TEXARKANA, Texas (KETK) – A man and woman from Cleveland, Texas were charged with filing hundreds of fraudulent applications under the Coronavirus Aid, Relief, and Economic Security (CARES) Act, causing a $1.3 million loss to the U.S.
Clifton Pape and Sally Jung called their relief scheme My Buddy Loans, which garnered them more than $775,000 in fraud proceeds.
For a fee of $1082.50, My Buddy Loans took personal information from people and promised to file a federal application for a $10,000 agricultural grant. Instead, they filed for fraudulent Economic Injury Disaster Loan (EIDL) applications.
Pape and Jung completed more than 700 successful charges, then transferred the proceeds of the fraud scheme into their bank account.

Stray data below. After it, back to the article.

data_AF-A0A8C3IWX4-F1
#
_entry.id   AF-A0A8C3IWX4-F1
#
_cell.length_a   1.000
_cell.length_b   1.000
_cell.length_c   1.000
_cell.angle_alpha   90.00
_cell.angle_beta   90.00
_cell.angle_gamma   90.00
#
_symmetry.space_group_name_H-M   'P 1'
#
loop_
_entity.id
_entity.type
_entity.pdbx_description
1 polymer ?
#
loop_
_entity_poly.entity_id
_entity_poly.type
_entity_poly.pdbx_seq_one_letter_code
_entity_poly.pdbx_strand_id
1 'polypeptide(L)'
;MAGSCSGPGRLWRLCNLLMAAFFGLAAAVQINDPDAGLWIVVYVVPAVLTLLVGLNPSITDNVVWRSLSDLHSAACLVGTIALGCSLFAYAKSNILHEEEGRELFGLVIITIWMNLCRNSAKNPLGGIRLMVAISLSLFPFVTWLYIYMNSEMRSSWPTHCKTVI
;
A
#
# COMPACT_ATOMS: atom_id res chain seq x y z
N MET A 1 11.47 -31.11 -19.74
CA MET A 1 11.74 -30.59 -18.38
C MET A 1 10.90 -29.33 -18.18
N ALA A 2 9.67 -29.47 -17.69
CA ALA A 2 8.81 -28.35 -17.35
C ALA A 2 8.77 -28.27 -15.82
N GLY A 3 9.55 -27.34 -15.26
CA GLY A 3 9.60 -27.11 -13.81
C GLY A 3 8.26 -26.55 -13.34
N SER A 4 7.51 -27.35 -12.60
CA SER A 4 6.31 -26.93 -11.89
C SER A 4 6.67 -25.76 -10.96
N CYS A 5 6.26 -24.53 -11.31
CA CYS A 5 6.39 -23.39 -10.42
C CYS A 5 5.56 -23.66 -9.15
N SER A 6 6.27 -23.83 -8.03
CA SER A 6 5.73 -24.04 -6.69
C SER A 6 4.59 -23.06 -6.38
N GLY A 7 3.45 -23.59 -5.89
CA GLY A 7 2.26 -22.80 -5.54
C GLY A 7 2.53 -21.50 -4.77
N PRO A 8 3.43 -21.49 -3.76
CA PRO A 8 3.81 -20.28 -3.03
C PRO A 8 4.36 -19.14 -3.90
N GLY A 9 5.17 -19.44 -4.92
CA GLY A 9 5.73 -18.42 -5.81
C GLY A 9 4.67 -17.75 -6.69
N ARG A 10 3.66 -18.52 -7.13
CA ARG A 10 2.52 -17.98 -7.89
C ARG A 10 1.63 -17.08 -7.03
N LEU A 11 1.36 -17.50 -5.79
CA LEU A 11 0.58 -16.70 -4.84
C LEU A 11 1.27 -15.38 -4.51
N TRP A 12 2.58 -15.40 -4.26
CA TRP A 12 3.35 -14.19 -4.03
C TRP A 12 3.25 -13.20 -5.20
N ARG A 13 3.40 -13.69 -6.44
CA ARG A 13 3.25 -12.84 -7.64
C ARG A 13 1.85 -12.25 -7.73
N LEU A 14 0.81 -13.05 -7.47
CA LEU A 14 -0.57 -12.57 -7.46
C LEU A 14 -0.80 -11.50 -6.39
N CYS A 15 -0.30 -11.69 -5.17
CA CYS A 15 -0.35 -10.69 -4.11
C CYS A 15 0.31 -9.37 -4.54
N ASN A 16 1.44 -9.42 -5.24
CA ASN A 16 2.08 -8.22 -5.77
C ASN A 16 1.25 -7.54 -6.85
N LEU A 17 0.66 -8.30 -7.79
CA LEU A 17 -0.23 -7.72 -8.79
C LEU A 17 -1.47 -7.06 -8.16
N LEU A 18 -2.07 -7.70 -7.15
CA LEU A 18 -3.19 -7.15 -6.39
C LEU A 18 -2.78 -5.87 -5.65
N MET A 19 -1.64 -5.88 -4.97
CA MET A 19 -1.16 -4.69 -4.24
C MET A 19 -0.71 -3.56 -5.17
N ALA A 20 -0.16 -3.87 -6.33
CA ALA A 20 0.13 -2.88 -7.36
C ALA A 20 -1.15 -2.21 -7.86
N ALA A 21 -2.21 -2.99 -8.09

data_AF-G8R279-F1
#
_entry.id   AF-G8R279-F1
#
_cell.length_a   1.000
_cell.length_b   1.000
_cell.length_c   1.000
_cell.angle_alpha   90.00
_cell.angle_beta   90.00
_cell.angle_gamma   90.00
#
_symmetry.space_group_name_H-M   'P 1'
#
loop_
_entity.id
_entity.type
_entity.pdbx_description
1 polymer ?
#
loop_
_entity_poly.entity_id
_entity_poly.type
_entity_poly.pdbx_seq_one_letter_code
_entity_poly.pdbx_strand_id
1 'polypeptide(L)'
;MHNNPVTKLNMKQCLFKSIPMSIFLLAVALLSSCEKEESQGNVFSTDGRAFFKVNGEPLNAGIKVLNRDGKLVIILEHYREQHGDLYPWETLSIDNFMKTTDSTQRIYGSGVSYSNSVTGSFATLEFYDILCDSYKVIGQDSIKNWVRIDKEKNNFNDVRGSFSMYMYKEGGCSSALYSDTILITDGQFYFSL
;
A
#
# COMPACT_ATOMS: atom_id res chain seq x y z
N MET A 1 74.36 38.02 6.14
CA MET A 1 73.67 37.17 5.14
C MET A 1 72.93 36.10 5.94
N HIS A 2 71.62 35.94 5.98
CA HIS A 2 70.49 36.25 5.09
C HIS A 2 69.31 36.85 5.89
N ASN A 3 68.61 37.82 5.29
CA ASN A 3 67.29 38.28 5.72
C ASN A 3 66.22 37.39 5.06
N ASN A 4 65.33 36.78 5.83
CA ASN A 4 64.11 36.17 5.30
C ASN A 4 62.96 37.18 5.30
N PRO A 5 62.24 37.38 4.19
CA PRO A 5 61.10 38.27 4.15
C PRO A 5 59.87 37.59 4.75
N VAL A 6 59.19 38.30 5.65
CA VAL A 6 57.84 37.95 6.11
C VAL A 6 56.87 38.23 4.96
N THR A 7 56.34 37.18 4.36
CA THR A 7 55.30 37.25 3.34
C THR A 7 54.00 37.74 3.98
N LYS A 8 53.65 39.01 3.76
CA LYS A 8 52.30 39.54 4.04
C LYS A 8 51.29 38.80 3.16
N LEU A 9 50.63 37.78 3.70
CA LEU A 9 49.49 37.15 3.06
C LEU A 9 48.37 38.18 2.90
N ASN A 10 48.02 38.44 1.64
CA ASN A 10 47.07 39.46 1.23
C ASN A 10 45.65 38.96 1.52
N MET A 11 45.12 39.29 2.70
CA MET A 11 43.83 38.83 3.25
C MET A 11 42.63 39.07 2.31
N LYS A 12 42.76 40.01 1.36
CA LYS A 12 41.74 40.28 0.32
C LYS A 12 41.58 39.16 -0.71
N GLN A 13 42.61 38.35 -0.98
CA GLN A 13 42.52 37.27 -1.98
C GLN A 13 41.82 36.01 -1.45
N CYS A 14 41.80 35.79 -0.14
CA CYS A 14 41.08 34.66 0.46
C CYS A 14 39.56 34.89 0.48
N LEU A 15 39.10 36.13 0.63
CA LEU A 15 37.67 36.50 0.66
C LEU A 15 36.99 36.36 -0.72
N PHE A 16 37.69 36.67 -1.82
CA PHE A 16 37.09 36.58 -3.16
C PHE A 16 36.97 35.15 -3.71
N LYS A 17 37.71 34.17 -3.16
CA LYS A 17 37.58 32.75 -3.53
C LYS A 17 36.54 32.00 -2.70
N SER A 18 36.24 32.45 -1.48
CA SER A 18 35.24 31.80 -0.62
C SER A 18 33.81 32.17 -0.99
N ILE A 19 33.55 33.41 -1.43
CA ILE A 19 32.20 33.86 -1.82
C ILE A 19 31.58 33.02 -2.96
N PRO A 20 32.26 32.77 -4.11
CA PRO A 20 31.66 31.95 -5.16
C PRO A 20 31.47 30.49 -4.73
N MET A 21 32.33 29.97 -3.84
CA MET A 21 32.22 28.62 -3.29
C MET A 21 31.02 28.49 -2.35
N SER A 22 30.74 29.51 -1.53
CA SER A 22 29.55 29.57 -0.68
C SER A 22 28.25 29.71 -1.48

They then used that money for several different purposes including to pay a traffic ticket and to fund a stay at a San Antonio resort.
Agents seized the $505,535.04 in fraud proceeds remaining in the account.
U.S. Attorney Stephen J. Cox of the Eastern District of Texas said that he encourages members of the public and the banking community to stay vigilant as another round of COVID relief begins.
“At a time when small businesses—the engines of our economy in East Texas—most needed the help that the Small Business Administration was rushing to provide, these individuals took advantage of members of the public, depleting the available resources for small businesses and lining their own pockets with fraudulent gain,” Cox said.
Anyone with information about allegations of attempted fraud involving COVID-19 can report it by calling the Department of Justice’s National Center for Disaster Fraud Hotline at 866-720-5721 or via the NCDF Web Complaint Form.